Scientists Find What Nearly Destroyed The Great Barrier Reef Decades Ago


A latest study on the Great Barrier Reef has revealed that it was almost destroyed about 125,000 years ago. Apparently, it was caused by the rapid rise of sea-level due to melting glaciers and polar ice sheets.

The Christian Science Monitor reported that the Great Barrier Reef nearly drowned at the start of the Last Interglacial period, which happened about 125,000 years ago. The University of Sydney published their findings in the journal "Global and Planetary Change."

It was explained how the largest reef on Earth nearly got destroyed due to the rapid rise of sea-levels. The study not only provides a vital analysis in understanding the reef's history - it can also help modern scientists see the implications for its future. The study provided evidence for the resilience of the Great Barrier Reef. Shallow reef growth developed once again after the sea-levels had stabilized.

Today, however, pressures on the reef which include warming sea temperatures, pesticide run-off as well as mining operations threaten its survival. Last October, the whole world was in an uproar when a magazine published the obituary of the Great Barrier Reef.

According to CNN, the reef is still dying; not dead. Russell Brainard, chief of the Coral Reef Ecosystem Program at NOAA's Pacific Islands Fisheries Science Center, said to Huffington Post that the article may have been intended to highlight the urgency of the Great Barrier Reef's current condition.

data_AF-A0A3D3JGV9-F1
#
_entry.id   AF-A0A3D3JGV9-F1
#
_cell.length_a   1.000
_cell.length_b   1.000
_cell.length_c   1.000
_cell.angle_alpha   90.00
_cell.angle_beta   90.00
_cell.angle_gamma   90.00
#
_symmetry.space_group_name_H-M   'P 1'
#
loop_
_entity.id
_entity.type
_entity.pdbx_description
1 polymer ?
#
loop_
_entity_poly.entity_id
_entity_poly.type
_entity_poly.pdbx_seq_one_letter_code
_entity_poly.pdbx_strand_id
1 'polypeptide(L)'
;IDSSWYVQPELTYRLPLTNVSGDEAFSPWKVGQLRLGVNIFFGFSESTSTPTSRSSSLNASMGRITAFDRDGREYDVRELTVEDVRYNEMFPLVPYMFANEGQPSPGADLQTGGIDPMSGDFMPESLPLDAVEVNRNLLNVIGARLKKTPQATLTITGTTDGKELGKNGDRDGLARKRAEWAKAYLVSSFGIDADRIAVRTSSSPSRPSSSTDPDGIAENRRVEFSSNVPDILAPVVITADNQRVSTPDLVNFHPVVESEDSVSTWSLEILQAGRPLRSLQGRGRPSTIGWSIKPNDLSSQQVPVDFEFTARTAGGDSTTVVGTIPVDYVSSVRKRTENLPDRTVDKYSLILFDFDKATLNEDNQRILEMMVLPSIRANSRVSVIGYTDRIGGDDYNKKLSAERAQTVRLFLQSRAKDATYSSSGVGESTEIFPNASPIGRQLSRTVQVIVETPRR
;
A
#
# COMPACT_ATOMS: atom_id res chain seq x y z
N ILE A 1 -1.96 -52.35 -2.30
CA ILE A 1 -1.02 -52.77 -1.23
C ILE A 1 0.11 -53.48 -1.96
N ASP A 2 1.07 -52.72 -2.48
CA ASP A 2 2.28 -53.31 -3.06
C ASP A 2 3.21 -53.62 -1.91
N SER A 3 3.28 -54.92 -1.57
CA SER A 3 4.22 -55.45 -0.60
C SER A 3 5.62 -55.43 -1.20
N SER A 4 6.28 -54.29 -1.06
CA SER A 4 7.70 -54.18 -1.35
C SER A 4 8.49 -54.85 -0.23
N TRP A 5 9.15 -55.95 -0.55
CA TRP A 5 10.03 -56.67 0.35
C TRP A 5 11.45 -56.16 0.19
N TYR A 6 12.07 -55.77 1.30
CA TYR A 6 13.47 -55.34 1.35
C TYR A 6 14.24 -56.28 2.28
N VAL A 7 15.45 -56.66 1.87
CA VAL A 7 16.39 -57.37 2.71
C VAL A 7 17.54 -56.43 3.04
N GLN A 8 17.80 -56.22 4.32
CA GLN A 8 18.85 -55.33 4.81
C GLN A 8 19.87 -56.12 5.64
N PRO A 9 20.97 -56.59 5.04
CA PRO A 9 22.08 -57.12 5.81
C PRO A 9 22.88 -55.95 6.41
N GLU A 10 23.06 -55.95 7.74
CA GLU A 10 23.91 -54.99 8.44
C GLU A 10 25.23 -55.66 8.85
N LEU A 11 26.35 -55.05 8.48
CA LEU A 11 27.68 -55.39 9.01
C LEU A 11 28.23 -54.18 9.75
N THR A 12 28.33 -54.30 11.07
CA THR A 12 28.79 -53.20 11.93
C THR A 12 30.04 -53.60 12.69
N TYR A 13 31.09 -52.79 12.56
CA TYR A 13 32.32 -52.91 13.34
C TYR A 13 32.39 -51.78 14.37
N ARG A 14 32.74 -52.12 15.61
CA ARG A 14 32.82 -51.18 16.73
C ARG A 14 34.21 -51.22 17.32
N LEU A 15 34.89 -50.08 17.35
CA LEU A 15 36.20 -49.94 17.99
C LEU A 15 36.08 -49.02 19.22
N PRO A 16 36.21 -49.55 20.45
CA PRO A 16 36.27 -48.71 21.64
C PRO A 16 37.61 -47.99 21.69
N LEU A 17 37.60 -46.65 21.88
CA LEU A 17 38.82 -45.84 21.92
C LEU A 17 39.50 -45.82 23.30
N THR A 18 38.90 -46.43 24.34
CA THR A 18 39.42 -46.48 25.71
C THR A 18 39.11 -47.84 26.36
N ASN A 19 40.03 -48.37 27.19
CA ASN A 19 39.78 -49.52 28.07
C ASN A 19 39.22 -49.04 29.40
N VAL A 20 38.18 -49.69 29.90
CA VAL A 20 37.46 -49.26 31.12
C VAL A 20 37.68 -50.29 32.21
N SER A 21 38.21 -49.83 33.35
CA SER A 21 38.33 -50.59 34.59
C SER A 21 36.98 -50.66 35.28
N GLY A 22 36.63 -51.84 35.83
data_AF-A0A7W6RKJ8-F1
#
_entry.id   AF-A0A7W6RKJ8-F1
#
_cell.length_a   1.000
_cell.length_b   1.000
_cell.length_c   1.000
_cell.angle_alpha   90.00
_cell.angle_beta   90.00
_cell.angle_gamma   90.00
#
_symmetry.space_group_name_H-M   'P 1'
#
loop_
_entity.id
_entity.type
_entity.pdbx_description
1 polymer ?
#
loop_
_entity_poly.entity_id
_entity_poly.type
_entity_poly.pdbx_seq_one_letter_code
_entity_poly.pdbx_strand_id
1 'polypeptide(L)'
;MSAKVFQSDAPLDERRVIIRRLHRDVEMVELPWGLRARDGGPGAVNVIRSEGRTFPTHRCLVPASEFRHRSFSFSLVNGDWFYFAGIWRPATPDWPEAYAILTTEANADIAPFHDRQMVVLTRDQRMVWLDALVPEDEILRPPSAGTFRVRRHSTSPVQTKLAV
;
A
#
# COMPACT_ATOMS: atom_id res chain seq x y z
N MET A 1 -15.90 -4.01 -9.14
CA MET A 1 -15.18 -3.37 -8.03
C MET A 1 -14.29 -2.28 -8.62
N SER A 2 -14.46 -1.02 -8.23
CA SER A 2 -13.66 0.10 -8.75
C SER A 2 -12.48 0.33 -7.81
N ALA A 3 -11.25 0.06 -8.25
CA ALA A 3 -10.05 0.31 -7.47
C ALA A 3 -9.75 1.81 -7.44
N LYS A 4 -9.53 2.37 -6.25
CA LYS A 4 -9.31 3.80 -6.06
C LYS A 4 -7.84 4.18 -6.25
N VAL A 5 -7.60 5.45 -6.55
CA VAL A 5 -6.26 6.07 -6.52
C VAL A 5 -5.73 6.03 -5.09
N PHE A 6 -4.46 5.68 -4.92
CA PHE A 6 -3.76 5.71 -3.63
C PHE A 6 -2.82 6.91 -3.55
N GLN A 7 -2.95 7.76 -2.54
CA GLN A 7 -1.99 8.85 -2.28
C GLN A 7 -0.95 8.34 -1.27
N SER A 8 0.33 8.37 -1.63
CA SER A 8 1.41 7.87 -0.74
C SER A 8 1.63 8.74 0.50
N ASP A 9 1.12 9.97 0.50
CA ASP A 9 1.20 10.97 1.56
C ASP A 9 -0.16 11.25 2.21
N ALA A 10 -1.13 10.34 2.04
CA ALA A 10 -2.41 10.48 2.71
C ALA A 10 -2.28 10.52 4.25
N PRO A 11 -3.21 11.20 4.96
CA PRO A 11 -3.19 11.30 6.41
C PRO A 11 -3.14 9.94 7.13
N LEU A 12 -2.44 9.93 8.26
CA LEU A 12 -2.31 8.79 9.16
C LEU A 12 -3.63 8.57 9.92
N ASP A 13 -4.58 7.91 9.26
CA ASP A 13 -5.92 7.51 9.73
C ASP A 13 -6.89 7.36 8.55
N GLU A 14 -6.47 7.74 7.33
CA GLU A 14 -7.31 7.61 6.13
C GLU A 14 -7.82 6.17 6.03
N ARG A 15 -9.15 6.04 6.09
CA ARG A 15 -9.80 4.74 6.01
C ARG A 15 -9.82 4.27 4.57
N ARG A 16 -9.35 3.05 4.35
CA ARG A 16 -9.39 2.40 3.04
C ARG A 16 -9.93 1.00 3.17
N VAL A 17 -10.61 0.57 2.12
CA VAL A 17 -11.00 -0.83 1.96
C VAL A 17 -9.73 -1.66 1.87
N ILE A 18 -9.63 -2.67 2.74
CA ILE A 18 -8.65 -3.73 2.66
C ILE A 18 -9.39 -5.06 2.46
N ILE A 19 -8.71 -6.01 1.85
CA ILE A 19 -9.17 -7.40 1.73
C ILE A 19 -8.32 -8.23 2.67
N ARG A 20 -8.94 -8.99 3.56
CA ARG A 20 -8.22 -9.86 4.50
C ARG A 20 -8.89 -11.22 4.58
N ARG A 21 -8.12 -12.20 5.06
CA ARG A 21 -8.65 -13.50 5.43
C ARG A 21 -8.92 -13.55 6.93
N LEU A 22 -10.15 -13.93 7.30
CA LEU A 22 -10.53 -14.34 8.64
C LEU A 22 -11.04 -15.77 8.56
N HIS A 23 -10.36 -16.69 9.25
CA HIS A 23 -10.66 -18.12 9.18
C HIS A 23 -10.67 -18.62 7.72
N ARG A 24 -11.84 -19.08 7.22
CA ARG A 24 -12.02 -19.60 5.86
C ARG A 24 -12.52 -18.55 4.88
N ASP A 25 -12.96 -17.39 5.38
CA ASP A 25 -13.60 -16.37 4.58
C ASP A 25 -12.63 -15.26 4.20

In the University of Sydney's official website, the lead author, Dr. Belinda Dechnik, from the Geocoastal Research Group in the School of Geosciences said that the study provides the first snapshot of the paleo-reef against a background of rapid environmental change. This includes a possible mass ice-sheet collapse.

Dr. Dechnik further explained that the reef works like a sponge cake. The current, modern reef is just the last layer developed over 120,000 years ago. The rate of future sea-level rises caused by climate change may not be as intense as what the reef previously experienced. Nonetheless, it could still have a significant impact on the Great Barrier Reef.

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